I'm looking to learn about Air Motion Transformer technology

I'm curious about Wharfedale's use of Air Motion Transformers in their new Elysian line.  See http://www.wharfedale.co.uk/elysian4/

I'm admittedly in the dark about this technology even though other manufacturers have used it.  I'm curious about its use, potential benefits, sound signature, etc.
An air motion transformer is like an accordion. It has a pleated diaphragm that squeezes air out of the pleats when it vibrates so very little vibration will produce a lot of air motion. Just another way of matching impedance with air. They are easy to make as tweeters and will go down lower than most dome tweeters. Some of them run as low as 500 Hz. They will also go very loud. It is much harder to make a woofer with this technology but I think people are working on it. If you go to Parts Express you can see that there are many of them for sale and most are cheap. They have also been around since the 70's. My experience with them is very limited. The high end speaker industry has mostly avoided them for some reason preferring dome tweeters.  
AMT's are great designs IF you pay some attention to one thing. It is by far best for sound quality if the Diaphragm Former is made, as it usually is in any good design, from a silk material. The Former provides the physical support structure for the diaphragm material. It is meant to be as audibly transparent as possible and in fact has to be in order to do its job without resonating itself and adding its own coloration to the sound. The silk-derived Former is recognizable from its gray/whitish fibrous appearance, fairly semi-opaque or semi-translucent looking, although in some designs this might not be visible until the tweeter is disassembled.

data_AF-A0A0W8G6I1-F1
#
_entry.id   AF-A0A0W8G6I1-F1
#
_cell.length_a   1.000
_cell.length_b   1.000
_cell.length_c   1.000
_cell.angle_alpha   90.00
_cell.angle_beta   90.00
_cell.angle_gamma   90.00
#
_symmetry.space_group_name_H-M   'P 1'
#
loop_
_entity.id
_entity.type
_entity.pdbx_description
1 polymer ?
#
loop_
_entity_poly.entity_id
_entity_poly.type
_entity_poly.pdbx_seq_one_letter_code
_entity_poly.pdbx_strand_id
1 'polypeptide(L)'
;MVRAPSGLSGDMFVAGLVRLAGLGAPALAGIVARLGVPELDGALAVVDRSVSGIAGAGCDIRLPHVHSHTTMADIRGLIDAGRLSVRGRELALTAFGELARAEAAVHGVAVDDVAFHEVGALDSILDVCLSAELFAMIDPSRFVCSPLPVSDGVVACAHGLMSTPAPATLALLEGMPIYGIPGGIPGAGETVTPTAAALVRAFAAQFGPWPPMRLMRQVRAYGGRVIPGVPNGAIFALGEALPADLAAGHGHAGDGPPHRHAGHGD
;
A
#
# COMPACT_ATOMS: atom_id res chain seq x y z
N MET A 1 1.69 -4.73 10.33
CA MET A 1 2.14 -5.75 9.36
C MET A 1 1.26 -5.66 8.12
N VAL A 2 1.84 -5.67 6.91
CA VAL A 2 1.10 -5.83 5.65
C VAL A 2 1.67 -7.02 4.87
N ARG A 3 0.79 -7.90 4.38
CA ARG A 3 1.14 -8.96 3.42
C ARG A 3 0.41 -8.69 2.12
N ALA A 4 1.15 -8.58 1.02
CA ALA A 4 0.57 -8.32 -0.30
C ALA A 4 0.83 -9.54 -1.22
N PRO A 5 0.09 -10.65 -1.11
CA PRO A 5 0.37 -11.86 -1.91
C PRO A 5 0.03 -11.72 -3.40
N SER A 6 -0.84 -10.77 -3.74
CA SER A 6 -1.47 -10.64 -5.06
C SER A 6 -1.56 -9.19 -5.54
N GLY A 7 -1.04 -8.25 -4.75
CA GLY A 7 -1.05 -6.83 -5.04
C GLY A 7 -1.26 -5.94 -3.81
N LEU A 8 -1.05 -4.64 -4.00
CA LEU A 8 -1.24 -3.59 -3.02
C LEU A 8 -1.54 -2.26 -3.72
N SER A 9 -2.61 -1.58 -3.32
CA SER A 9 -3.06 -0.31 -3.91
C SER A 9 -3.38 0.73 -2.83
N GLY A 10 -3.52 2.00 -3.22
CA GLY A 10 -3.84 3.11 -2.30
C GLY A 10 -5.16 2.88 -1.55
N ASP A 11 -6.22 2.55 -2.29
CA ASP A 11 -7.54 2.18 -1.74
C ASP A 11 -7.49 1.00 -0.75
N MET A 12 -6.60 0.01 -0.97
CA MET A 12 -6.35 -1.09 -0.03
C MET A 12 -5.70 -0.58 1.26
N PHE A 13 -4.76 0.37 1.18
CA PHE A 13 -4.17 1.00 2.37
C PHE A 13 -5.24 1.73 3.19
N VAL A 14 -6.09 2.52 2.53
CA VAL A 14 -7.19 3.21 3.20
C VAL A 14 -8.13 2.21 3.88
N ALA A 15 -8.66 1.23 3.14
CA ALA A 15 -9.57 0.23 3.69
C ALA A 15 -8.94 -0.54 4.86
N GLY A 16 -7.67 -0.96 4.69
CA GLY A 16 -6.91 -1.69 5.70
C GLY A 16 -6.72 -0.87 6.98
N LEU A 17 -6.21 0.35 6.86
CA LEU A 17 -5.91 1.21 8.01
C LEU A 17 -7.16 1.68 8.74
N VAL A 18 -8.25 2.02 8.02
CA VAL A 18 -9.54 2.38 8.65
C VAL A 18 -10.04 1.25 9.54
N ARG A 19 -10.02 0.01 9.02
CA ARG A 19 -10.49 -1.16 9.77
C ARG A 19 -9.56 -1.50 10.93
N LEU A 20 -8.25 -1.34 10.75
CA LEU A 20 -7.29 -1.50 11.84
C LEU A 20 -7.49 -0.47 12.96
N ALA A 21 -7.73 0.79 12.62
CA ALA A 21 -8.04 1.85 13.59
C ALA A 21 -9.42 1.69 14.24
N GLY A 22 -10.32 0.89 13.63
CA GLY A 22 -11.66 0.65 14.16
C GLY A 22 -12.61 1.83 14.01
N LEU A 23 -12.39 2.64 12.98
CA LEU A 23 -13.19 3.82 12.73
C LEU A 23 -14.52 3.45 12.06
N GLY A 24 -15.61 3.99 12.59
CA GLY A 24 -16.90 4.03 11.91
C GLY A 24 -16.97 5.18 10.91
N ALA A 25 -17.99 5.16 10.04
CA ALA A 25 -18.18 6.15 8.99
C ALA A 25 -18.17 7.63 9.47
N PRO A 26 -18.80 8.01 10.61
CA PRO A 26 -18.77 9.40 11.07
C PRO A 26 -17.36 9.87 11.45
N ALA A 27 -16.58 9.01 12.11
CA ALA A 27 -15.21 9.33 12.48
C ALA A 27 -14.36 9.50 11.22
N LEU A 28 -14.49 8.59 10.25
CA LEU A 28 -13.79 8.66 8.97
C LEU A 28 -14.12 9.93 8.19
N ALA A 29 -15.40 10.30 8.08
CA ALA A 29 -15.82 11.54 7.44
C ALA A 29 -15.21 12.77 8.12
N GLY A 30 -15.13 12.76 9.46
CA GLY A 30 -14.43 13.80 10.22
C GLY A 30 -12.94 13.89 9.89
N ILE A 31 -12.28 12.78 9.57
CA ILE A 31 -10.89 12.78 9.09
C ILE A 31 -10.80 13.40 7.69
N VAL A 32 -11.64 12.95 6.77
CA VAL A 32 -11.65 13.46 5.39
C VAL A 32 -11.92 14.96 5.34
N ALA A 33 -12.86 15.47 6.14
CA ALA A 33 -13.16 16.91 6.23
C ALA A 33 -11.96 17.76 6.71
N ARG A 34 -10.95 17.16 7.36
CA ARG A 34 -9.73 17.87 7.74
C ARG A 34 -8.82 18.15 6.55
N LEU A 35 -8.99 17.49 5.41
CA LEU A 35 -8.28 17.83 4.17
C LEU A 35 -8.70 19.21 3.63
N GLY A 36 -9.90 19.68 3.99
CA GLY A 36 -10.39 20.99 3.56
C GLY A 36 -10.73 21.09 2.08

The problem is that some companies that make cheaper ATM's (often Chinese) use Kapton for the Former material. It's visibly a red colored plastic material and is pennies to produce. But, Kapton is not Nearly as audibly transparent as any silk-derived material and will noticeably color the sound, at least up to about 10kHz or so at which point it seems to no longer be resonating...but anything below that point is trouble.

Just avoid anything that advertises using Kapton and look for those ATM's that mention silk and you should be fine. This will bump up the price range your looking in, but it will be the difference between an ATM that lives up to its promise vs one that plainly doesn't.
In general, ribbon tweeters may sometimes have that last nth degree of uber detail or resolution compared to ATM's, but not by much at all. The difference may only make it a little easier to blend ATM's with the mid or woofer compared to ribbon. Ribbons tend to "beam" vertically more than ATM's - another thing that makes for easier driver integration for ATM's. 

Ribbons by design have the ribbon itself that is replaceable. It needs to be replaceable because it can get stretched if played too loud, at which point it can lose performance or even break. The cost of a new ribbon is much cheaper than the cost of a new tweeter.  ATM's don't have this problem, but they can take SPL's similar to ribbons without damage...but if you go Too far, you'll need to replace the whole tweeter - but, that's mostly only a problem if you're a metalhead or something :>)
FWIW, I took a peek at Wharfedale’s site and the Former shown in the exploded diagram of their AMT didn’t look familiar to me. It appears to be a yellow colored material and may possibly (I’m guessing here) be a more recent attempt to come up with a suitable Former material that performs better than Kapton, but is not quite as expensive to make as silk. Your guess is as good as mine on how good that one might sound.
In general, ribbon tweeters may sometimes have that last nth degree of uber detail or resolution compared to ATM's, but not by much at all. The difference may only make it a little easier to blend ATM's with the mid or woofer compared to ribbon. Ribbons tend to "beam" vertically more than ATM's - another thing that makes for easier driver integration for ATM's.